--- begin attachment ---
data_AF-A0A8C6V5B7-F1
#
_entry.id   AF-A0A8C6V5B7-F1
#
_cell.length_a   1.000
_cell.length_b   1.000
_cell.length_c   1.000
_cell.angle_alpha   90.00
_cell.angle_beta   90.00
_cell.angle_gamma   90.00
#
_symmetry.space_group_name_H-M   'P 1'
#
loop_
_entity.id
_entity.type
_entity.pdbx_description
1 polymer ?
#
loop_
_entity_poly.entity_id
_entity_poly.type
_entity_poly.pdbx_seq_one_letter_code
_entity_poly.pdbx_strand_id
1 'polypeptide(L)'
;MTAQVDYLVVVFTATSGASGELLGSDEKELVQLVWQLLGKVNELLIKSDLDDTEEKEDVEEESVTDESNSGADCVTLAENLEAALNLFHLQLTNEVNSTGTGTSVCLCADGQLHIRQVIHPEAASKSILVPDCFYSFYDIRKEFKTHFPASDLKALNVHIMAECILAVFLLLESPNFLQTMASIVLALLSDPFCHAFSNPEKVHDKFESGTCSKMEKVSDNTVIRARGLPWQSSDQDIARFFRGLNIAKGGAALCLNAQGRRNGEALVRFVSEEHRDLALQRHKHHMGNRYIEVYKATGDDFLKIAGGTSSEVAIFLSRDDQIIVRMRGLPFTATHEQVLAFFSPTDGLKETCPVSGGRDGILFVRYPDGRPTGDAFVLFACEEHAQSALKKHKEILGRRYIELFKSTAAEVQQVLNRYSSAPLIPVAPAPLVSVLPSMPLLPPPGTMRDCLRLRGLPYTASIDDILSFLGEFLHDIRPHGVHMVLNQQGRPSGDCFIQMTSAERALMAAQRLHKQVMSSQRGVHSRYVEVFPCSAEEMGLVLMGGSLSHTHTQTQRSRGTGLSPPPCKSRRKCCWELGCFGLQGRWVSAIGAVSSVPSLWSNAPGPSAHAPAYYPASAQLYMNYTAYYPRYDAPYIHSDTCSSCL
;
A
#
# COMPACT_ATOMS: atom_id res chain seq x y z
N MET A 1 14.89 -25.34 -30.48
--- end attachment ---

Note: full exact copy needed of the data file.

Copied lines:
data_AF-A0A8C6V5B7-F1
#
_entry.id   AF-A0A8C6V5B7-F1
#
_cell.length_a   1.000
_cell.length_b   1.000
_cell.length_c   1.000
_cell.angle_alpha   90.00
_cell.angle_beta   90.00
_cell.angle_gamma   90.00
#
_symmetry.space_group_name_H-M   'P 1'
#
loop_
_entity.id
_entity.type
_entity.pdbx_description
1 polymer ?
#
loop_
_entity_poly.entity_id
_entity_poly.type
_entity_poly.pdbx_seq_one_letter_code
_entity_poly.pdbx_strand_id
1 'polypeptide(L)'
;MTAQVDYLVVVFTATSGASGELLGSDEKELVQLVWQLLGKVNELLIKSDLDDTEEKEDVEEESVTDESNSGADCVTLAENLEAALNLFHLQLTNEVNSTGTGTSVCLCADGQLHIRQVIHPEAASKSILVPDCFYSFYDIRKEFKTHFPASDLKALNVHIMAECILAVFLLLESPNFLQTMASIVLALLSDPFCHAFSNPEKVHDKFESGTCSKMEKVSDNTVIRARGLPWQSSDQDIARFFRGLNIAKGGAALCLNAQGRRNGEALVRFVSEEHRDLALQRHKHHMGNRYIEVYKATGDDFLKIAGGTSSEVAIFLSRDDQIIVRMRGLPFTATHEQVLAFFSPTDGLKETCPVSGGRDGILFVRYPDGRPTGDAFVLFACEEHAQSALKKHKEILGRRYIELFKSTAAEVQQVLNRYSSAPLIPVAPAPLVSVLPSMPLLPPPGTMRDCLRLRGLPYTASIDDILSFLGEFLHDIRPHGVHMVLNQQGRPSGDCFIQMTSAERALMAAQRLHKQVMSSQRGVHSRYVEVFPCSAEEMGLVLMGGSLSHTHTQTQRSRGTGLSPPPCKSRRKCCWELGCFGLQGRWVSAIGAVSSVPSLWSNAPGPSAHAPAYYPASAQLYMNYTAYYPRYDAPYIHSDTCSSCL
;
A
#
# COMPACT_ATOMS: atom_id res chain seq x y z
N MET A 1 14.89 -25.34 -30.48